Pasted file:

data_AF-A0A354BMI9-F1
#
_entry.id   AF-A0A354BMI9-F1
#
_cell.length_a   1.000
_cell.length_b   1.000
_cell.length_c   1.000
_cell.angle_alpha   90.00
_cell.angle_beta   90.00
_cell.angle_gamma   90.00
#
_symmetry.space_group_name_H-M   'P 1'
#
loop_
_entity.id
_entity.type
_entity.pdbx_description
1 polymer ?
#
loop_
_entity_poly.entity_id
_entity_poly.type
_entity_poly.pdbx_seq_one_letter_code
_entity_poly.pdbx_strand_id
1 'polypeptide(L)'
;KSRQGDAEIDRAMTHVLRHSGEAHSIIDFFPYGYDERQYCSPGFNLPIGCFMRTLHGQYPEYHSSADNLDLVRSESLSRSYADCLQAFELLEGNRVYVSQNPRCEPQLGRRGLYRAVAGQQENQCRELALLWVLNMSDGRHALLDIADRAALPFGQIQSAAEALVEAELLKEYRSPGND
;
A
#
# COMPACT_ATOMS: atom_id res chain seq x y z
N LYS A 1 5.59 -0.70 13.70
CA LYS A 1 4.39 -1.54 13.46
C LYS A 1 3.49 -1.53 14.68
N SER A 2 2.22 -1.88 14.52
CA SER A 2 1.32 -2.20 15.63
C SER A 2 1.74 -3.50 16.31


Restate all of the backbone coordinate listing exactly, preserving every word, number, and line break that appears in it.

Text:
data_AF-A0A354BMI9-F1
#
_entry.id   AF-A0A354BMI9-F1
#
_cell.length_a   1.000
_cell.length_b   1.000
_cell.length_c   1.000
_cell.angle_alpha   90.00
_cell.angle_beta   90.00
_cell.angle_gamma   90.00
#
_symmetry.space_group_name_H-M   'P 1'
#
loop_
_entity.id
_entity.type
_entity.pdbx_description
1 polymer ?
#
loop_
_entity_poly.entity_id
_entity_poly.type
_entity_poly.pdbx_seq_one_letter_code
_entity_poly.pdbx_strand_id
1 'polypeptide(L)'
;KSRQGDAEIDRAMTHVLRHSGEAHSIIDFFPYGYDERQYCSPGFNLPIGCFMRTLHGQYPEYHSSADNLDLVRSESLSRSYADCLQAFELLEGNRVYVSQNPRCEPQLGRRGLYRAVAGQQENQCRELALLWVLNMSDGRHALLDIADRAALPFGQIQSAAEALVEAELLKEYRSPGND
;
A
#
# COMPACT_ATOMS: atom_id res chain seq x y z
N LYS A 1 5.59 -0.70 13.70
CA LYS A 1 4.39 -1.54 13.46
C LYS A 1 3.49 -1.53 14.68
N SER A 2 2.22 -1.88 14.52
CA SER A 2 1.32 -2.20 15.63
C SER A 2 1.74 -3.50 16.31